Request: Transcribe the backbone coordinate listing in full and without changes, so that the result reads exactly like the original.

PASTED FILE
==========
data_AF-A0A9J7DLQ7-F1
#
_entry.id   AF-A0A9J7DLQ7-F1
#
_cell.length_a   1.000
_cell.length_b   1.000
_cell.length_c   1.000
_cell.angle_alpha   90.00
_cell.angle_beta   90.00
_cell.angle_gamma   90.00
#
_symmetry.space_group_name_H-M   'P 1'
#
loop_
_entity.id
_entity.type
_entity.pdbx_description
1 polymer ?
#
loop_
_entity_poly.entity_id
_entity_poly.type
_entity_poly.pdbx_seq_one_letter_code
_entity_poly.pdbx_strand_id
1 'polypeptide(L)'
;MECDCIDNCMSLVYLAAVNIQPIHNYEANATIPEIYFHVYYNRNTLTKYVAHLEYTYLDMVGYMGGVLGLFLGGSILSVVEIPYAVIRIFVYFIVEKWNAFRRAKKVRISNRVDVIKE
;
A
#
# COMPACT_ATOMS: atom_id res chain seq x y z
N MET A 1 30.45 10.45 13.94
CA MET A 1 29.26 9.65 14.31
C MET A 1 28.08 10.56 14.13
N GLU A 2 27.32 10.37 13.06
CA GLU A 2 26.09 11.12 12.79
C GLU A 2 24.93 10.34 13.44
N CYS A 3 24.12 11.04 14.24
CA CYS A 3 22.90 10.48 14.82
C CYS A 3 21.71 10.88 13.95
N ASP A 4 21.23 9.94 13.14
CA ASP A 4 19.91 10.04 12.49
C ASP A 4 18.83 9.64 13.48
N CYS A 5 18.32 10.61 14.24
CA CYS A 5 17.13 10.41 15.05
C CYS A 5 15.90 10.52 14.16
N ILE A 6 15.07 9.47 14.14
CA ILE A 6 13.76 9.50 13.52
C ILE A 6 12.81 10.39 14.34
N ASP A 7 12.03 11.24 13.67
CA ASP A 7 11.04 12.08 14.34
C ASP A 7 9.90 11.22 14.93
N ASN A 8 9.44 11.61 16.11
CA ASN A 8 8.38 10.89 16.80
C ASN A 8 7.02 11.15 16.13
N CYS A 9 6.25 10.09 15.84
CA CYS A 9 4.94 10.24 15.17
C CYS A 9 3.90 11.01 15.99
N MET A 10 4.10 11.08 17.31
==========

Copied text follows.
data_AF-A0A9J7DLQ7-F1
#
_entry.id   AF-A0A9J7DLQ7-F1
#
_cell.length_a   1.000
_cell.length_b   1.000
_cell.length_c   1.000
_cell.angle_alpha   90.00
_cell.angle_beta   90.00
_cell.angle_gamma   90.00
#
_symmetry.space_group_name_H-M   'P 1'
#
loop_
_entity.id
_entity.type
_entity.pdbx_description
1 polymer ?
#
loop_
_entity_poly.entity_id
_entity_poly.type
_entity_poly.pdbx_seq_one_letter_code
_entity_poly.pdbx_strand_id
1 'polypeptide(L)'
;MECDCIDNCMSLVYLAAVNIQPIHNYEANATIPEIYFHVYYNRNTLTKYVAHLEYTYLDMVGYMGGVLGLFLGGSILSVVEIPYAVIRIFVYFIVEKWNAFRRAKKVRISNRVDVIKE
;
A
#
# COMPACT_ATOMS: atom_id res chain seq x y z
N MET A 1 30.45 10.45 13.94
CA MET A 1 29.26 9.65 14.31
C MET A 1 28.08 10.56 14.13
N GLU A 2 27.32 10.37 13.06
CA GLU A 2 26.09 11.12 12.79
C GLU A 2 24.93 10.34 13.44
N CYS A 3 24.12 11.04 14.24
CA CYS A 3 22.90 10.48 14.82
C CYS A 3 21.71 10.88 13.95
N ASP A 4 21.23 9.94 13.14
CA ASP A 4 19.91 10.04 12.49
C ASP A 4 18.83 9.64 13.48
N CYS A 5 18.32 10.61 14.24
CA CYS A 5 17.13 10.41 15.05
C CYS A 5 15.90 10.52 14.16
N ILE A 6 15.07 9.47 14.14
CA ILE A 6 13.76 9.50 13.52
C ILE A 6 12.81 10.39 14.34
N ASP A 7 12.03 11.24 13.67
CA ASP A 7 11.04 12.08 14.34
C ASP A 7 9.90 11.22 14.93
N ASN A 8 9.44 11.61 16.11
CA ASN A 8 8.38 10.89 16.80
C ASN A 8 7.02 11.15 16.13
N CYS A 9 6.25 10.09 15.84
CA CYS A 9 4.94 10.24 15.17
C CYS A 9 3.90 11.01 15.99
N MET A 10 4.10 11.08 17.31